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Nanostructured Plasmonic Materials Could Provide More Natural Color for Displays

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ORLANDO, Fla., June 9, 2020 — Ultralow-power, ultrahigh-definition displays and screens that will be easier on the eyes could be possible with technology being developed by researchers at the University of Central Florida (UCF). Their approach illuminates the display by reflecting light from the surrounding environment, rather than by using energy-intensive LEDs to light the display from behind the screen.

The approach is bioinspired. Many animals display color by scattering and reflecting light when the light hits the nanoscale structures on their bodies. “If we see butterflies, octopuses, or many beautiful birds, their color actually originates from nanoscale structures on their feathers, skin, or scales,” professor Debashis Chanda said. “What the butterfly does is simply scatter light back in a way that it creates all this beautiful color without absorbing anything.”

Similar to a butterfly, the technology known as plasmonic color display can show different colors based on the size, shape, and patterns of reflective metallic nanostructures inside a screen. However, the technology has limited ability to display the correct color at different angles and fabricate it over large areas.

UCF researchers have created new technology to display color that uses nanoscale structures inspired by butterflies and other animals. Courtesy of Garoch from Pixabay.
UCF researchers have created new technology to display color that uses nanoscale structures inspired by butterflies and other animals. Courtesy of Garoch from Pixabay.

To display colors that do not depend on viewing angle, Chanda and his team made nanostructures into precise designs that allowed the researchers to control angle-independent light scattering.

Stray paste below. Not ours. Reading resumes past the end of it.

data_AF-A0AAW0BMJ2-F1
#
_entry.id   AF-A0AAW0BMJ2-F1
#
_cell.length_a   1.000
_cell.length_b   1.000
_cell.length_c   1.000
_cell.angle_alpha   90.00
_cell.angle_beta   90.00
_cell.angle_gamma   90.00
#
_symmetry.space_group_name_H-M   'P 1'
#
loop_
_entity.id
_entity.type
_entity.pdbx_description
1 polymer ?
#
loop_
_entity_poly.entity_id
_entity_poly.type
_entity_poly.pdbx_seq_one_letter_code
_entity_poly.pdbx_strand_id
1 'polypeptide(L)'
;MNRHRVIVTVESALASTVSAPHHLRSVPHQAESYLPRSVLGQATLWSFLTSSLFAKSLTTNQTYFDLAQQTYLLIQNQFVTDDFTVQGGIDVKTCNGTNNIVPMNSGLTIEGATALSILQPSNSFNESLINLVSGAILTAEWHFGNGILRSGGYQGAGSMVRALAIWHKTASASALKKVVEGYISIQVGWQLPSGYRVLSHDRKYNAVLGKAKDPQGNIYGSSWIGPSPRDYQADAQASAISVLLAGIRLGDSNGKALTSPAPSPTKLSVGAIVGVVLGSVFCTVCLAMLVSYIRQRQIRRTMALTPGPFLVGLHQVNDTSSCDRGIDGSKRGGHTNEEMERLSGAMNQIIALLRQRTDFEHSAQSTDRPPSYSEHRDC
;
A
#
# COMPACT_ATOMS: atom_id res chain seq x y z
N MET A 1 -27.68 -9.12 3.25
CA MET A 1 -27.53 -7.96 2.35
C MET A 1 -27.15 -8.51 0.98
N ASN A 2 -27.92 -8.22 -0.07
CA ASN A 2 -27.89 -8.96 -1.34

The researchers enabled nanoparticles to self-assemble in a quasi-random pattern on a predesigned substrate and optimized the self-assembly process so that a specific color could be created by changing nanoparticle size. Using ultrahigh vacuum physical vapor deposition, they created dense arrays of particles in near-field proximity to a mirror. The gaps between adjacent particles and the mirror led to multidimensional coupling of localized plasmonic modes, resulting in a singular resonance with low angular dispersion and about 98% absorption of incident light at the desired wavelength.

The self-assembly process used in the study is similar to how the human body controls growth, Chanda said. In the body, enzymes and hormones released at certain times regulate growth. In the UCF study, deposition rate, pressure, and temperature control the design and growth of the nanostructures, and control of the nanostructures provides control over the color of light displayed.

“With the mechanism we developed, we can use physical parameters to map back to a particular pattern and subsequently a color,” Chanda said. The hybrid display can be programmed to display images and video.

The researchers also demonstrated the capabilities of the system to control black states. They used a liquid crystal layer to block the light scattered by the nanostructured surface in a controlled manner. According to Chanda, this approach resulted in the first demonstration of black and gray colors in structural color displays.

With the field still emerging, Chanda said it could be a while before displays and consumer products using plasmonic nanostructures are available to the public. The results of the study are a step in that direction.

“It’ll be a step up for people to get used to it,” he said. “But this is a way to create displays that are harmonious with how nature displays color and as a result look more natural and don’t pump out a huge quantity of light into your eyes.”

The research was published in Proceedings of the National Academy of Sciences (
Jun 2020
liquid crystal
A type of material that possesses less geometrical regularity or order than normal solid crystals, and whose order varies in response to alterations in temperature and other quantities. Liquid crystals are characterized by phase varieties, including cholesteric, nematic and smectic. The optical properties of liquid crystals are familiar from their use in displays, known as LCDs.
Research & TechnologyeducationAmericasUniversity of Central FloridaLEDslight sourcesmaterialsplasmonicsnanonanomaterialsnanostructuresDisplaysflexible displaysConsumerimagingbioinspired opticsliquid crystalplasmonic color displays

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